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Have you ever thought?... How we should react to a total eclipse of the sun?

August 6, 2017 4:00 a.m.
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About 40 years ago Reba McEntire had a hit song, “The Night the Lights Went Out in Georgia.”   In keeping with that thought we are about to have the day the light either goes out or grows very dim in Georgia as we experience a total eclipse of the sun.  On Tuesday, Aug. 21, Newton County will experience close to a total eclipse with about 98 percent of the sun’s light being blocked by the moon getting between the earth and the sun.

Astronomers are calling this phenomenon “The Great American Eclipse.” The last total eclipse in any part of the continental U.S. was when Jimmy Carter was in the White House on Feb. 26, 1979.  The next one will be in 2024 and will travel from Texas to Maine.  

In our area, the effect for this time will begin at 1:08 p.m. with the most effect coming about 2:40 p.m.   The show will be all over just after 4:00 p.m.  For the first time since 1918, the eclipse will travel from coast to coast in the United States.  It will start in Oregon and end in South Carolina.  The total eclipse will take only about an hour and half to go across our country.

Parts of Northeast Georgia will fall in the path that will experience the total effect.  Clayton, Blairsville and Dahlonega are expecting thousands of visitors.  All the motel and hotel rooms in these and neighboring town are already booked.  This is happening in many places along the path the eclipse will follow.

Some local schools in our area will keep students a little longer on the day of the eclipse.   There is a need to be careful in how one tries to experience the eclipse.   NASA has issued a warning about viewing the eclipse.  They caution against using ordinary sun glasses or homemade filters to view the sun.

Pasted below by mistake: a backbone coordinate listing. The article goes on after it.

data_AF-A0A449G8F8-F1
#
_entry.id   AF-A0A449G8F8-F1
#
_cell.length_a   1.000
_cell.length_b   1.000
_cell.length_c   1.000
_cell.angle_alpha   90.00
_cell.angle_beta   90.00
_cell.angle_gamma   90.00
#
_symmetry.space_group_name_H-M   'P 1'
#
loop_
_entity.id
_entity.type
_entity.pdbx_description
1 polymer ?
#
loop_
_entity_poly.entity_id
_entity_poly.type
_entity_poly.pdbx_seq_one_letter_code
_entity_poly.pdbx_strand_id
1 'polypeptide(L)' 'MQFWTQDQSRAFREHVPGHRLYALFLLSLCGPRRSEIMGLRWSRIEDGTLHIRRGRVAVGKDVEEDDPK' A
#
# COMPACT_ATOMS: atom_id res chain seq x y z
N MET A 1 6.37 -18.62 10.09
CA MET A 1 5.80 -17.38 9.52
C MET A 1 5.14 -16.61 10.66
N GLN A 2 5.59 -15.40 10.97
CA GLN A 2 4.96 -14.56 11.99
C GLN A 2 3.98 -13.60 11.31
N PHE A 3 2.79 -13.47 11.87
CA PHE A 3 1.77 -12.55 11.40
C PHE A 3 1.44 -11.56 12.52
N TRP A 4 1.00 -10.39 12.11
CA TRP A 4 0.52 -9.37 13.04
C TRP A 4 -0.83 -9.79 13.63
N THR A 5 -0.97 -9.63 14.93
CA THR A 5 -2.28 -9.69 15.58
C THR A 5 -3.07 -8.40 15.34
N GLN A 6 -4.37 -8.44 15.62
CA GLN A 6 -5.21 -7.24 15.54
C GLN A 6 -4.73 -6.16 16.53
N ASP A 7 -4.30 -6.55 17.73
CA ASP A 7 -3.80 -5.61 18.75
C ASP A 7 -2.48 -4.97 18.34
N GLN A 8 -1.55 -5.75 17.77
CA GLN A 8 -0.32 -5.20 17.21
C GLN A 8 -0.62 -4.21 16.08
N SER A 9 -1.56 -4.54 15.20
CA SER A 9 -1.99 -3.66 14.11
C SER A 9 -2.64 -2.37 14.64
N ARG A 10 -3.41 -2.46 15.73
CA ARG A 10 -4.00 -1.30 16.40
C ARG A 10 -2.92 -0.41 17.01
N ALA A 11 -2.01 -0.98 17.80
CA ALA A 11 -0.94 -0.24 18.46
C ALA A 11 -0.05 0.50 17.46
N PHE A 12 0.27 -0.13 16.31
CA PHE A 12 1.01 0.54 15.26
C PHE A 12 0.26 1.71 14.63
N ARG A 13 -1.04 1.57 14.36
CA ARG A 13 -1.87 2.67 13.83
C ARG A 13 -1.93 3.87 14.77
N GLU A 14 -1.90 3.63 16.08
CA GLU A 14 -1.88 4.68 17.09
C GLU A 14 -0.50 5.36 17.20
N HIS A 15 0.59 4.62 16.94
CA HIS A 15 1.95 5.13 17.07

Glasses to view the eclipse will be given out free at the Newton County Library.   These are especially designed for viewing.  They will be available at the Porter Memorial Branch on Browns Bridge Road beginning tomorrow, August 7, and Tuesday, August 8 at the Covington Branch.  They will be free, one per person, and on a first come, first served availability.  Special glasses are also available for sale on line.

Brasstown Bald, the highest point in our state, is already booked out despite increasing its admission charge from $5 to $30 dollars.   I am not sure why being a few feet higher will improve the experience any.

If you decide to travel east to experience the total effect you can expect very heavy traffic. I, for one, will be content to experience the 98 percent we will have here.   Though some places such as Nashville TN and Columbia SC are planning festivals to help draw a crowd.

A total eclipse happens every year or so somewhere in the world.  But having it happen where you are is very rare.  That is what makes what is happening on Aug. 21 so special.

Many myths have gorwn up over the centuries about what happens with an eclipse.  Though the animal blamed varied around the world, ancients thought some mystic being was trying to eat the sun.  These varied form Viking Sky Wolves to Korean Fire Dogs.  Some would bang pots and pans to scare away whatever would be eating the sun.  Save the risk of damaging you pots and pans, it will be over in a matter of minutes.    

There was also a fear of what the impact would have on women who were pregnant and of course there is not such risk.   There was even a belief by some that any food cooked during an eclipse would be poison.  Of course again, there is no basis to this.  But the unknown is always frightening.

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For most of us, this will be the one time this occurs where we are in our life time.  I look forward someday to telling my great grandchildren about the day that the light went dim in Georgia.  Truly this is one of those rare moments in life.   

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